Williams did not make the 200-word recall statement available at the meeting. But she said it will include other reasons why the voter’s decision to elect Rodriguez 12 months ago should be overturned. They include: committing to North River Farms months before it came to a public hearing; how the project will put his constituents in prospective danger from fire; and that he voted on issues that benefitted his business interests.

It is not clear if the recall will even make it to the ballot. Those motivated citizens must garner 4,456 valid signatures or 20 per cent of the 22,280 registered voters in District 2.

Fellow Oceanside councilmember Esther Sanchez, an announced candidate for the 2020 election for mayor, piled on with numerous reasons why she thought her colleague is a “bad actor.”

“He has threatened city employees,” said Sanchez. “He tried to get the city manager fired…He has been a real jerk to people. He accuses everybody of everything under the sun.” Sanchez says that when she first became a city councilmember, “I didn’t get one piece of [office] furniture. It’s all public record.” She said Rodriguez, on the other hand, got a large wide-screen TV when he came to city hall a year ago.

Some members of the group admitted the all-volunteer recall effort to get petition signatures will not have it easy. They will probably have to compete at Oceanside grocery stores and public events like The Turkey Trot with paid petitioners pushing an Oceanside cannabis measure. They pointed out that petitioners who get paid by the signature can get pushy.

Often openly contentious, Oceanside politics have triggered four recall elections of city councilmembers over the last 40 years. The first two, launched and organized by then newly-elected councilmember Melba Bishop in 1981, tossed out Bill Bell and Ray Burgess. Ten years later, Bishop herself beat back a recall effort but then failed to win reelection the following year. Jerry Kern turned back a recall in 2009 orchestrated by the Oceanside fire-fighters union.

If the group gathers enough signatures to get the Rodriguez recall on the ballot, Oceanside City Clerk Zeb Navarro says it is not clear when the special election would be held due to a number of variables. In the case of Melba Bishop’s recall, her election came 11 months after she was first served with the notice of recall.

Navarro says the failed recall of Jerry Kern ten years ago cost the city $500,000. He says this recall special election, should it happen, would be significantly less expensive since it would only cover District 2 which is one-fourth of the entire city.

Larry Kornit ran against Rodriguez in last November’s District 2 election. “Nobody can be surprised at what his [North River Farms] vote was. We knew how he would vote on this before he was elected. Everything that Christopher Rodriguez says is ‘my district, my district.’ He never refers to it as our district. I find that to be an incredible character defect.”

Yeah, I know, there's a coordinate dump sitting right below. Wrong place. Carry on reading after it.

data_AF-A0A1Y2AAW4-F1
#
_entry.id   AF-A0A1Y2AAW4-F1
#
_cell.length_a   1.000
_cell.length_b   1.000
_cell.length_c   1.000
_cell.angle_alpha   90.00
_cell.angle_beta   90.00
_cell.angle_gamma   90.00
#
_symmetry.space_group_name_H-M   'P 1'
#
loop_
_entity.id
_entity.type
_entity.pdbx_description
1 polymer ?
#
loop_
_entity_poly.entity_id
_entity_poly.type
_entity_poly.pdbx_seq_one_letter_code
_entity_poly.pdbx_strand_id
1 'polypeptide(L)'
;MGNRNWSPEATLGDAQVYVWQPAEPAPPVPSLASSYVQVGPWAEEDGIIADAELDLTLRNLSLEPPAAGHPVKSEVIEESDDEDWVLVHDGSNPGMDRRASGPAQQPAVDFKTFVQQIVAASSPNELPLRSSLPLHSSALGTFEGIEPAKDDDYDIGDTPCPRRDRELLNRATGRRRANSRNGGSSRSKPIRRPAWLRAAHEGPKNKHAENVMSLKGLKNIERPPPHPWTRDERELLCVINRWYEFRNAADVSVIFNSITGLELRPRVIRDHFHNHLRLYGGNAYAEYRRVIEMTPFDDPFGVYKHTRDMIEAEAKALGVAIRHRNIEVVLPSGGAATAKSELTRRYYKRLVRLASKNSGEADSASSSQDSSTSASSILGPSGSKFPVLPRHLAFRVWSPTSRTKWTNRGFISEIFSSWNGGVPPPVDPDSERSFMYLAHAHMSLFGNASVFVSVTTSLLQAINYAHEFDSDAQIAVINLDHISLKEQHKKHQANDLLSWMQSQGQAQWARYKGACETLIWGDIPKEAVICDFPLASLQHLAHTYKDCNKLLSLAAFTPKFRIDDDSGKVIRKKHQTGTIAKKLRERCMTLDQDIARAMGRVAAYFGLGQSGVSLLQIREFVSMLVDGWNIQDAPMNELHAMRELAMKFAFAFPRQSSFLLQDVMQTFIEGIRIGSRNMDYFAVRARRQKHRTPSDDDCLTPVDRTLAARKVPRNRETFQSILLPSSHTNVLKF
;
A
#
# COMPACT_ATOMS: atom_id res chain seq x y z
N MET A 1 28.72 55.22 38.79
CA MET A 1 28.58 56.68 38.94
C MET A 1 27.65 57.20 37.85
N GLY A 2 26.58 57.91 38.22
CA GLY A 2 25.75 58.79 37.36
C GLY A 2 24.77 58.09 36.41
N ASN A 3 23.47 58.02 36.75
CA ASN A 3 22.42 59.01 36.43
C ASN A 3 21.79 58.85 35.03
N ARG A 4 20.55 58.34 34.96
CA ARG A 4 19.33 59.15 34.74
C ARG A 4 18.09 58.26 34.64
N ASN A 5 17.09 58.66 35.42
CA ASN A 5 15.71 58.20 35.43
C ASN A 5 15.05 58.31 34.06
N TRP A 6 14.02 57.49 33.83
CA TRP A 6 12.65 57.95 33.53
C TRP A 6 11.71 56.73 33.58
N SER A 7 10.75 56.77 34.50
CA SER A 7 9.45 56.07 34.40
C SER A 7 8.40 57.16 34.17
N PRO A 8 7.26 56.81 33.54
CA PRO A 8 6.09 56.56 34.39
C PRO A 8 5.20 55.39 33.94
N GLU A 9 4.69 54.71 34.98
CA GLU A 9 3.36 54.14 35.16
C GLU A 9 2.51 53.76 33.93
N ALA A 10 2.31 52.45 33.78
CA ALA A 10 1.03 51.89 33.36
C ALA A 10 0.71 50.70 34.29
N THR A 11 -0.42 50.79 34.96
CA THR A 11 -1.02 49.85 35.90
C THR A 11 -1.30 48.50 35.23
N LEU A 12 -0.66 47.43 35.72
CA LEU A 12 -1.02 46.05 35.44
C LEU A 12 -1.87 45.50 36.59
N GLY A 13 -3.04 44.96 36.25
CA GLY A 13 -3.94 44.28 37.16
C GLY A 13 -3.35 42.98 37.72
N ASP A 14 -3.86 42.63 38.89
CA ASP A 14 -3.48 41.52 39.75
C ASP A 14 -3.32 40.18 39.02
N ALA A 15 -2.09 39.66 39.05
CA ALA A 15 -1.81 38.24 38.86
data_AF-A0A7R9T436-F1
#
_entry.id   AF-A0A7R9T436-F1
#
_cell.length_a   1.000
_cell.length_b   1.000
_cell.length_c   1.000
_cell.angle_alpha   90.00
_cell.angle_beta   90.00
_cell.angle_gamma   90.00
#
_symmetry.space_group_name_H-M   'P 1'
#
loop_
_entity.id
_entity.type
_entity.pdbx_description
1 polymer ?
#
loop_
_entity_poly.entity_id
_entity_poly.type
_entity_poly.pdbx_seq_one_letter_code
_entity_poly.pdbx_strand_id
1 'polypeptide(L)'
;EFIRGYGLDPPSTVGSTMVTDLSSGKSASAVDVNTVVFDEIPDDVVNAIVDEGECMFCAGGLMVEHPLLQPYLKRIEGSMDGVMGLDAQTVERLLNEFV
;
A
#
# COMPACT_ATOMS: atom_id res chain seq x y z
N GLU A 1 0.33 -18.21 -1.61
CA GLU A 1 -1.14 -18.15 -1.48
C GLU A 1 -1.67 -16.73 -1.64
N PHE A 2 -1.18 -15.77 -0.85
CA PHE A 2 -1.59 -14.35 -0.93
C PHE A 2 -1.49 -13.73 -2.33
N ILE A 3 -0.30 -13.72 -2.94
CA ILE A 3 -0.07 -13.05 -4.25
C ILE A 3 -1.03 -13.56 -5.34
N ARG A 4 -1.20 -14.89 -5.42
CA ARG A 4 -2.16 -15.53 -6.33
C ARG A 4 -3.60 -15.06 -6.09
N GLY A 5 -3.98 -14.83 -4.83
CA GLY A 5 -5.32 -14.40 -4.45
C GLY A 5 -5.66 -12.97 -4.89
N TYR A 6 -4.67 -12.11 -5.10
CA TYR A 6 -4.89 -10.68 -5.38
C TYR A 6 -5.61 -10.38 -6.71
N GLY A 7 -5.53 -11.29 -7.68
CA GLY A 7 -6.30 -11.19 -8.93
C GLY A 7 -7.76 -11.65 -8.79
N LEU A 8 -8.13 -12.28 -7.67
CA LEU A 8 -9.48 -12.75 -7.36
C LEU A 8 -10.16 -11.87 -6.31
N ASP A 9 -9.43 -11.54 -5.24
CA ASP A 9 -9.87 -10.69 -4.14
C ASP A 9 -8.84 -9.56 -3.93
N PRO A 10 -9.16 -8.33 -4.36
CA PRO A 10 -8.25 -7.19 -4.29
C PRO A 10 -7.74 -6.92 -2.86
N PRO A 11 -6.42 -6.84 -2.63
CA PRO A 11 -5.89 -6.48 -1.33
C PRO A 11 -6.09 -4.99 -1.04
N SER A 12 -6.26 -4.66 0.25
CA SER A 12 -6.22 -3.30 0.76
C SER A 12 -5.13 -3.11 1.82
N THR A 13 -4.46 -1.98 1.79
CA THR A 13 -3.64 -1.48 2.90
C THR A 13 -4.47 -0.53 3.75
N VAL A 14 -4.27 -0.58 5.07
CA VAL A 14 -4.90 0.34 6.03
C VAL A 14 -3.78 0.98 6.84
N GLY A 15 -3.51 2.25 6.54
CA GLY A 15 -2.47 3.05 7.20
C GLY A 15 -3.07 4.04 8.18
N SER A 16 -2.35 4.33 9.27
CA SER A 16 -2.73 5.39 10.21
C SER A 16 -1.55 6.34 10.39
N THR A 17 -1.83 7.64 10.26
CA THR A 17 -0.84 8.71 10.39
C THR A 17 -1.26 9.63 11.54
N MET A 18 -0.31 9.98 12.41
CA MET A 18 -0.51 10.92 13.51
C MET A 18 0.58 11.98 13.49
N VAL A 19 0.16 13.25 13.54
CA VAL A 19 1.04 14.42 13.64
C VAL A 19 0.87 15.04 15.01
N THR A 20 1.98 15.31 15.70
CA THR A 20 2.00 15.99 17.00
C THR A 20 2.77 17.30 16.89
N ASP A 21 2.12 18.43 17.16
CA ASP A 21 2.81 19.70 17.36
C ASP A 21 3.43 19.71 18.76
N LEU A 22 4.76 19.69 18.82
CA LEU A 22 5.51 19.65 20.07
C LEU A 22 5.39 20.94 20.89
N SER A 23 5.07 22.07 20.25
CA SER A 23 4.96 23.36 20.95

Rodriguez responded via email: “Farming is not as profitable as we all wish it could be. My passion for farming outweighs the profit which in some years results in zero revenue.” He denies he supported North River Farms before the public vote, and did not specifically answer the charges that his votes may have benefitted his personal interests. He says the new fire station to be built with the project will help those in the South Morro Hills area who now live outside the Oceanside fire department's five-minute response time.

Rodriguez declined to address Sanchez’s concerns.

The planned Rodriguez recall is not the only weapon in the citizen group’s quiver. They mentioned that a complaint to the FPPC (Fair Political Practice Commission) has been filed.

Yvonne Obrite said she filed a complaint with the FPPC because Rodriguez’s business interests are so close to the North River Farms development that he stands to benefit financially, and that he should have never voted for it in the first place. “If they decide he had a conflict of interest, his vote is nullified.,” says Obrite. She added that that would then make the North River Farms approval void since it passed on a 3-2 vote.

Dianne Nygaard, a longtime environmental activist, says the group must consider launching a referendum, which would specifically overturn the ordinance that allowed the North River Farm project to proceed. Clerk Navarro says that such a referendum would need approximately 9600 valid signatures to get on the ballot, which is 10 percent of the total number of Oceanside registered voters.

The last referendum in Oceanside was Measure E in 2010 which would have eliminated rent control for mobile homeowners. It was rejected by the voters.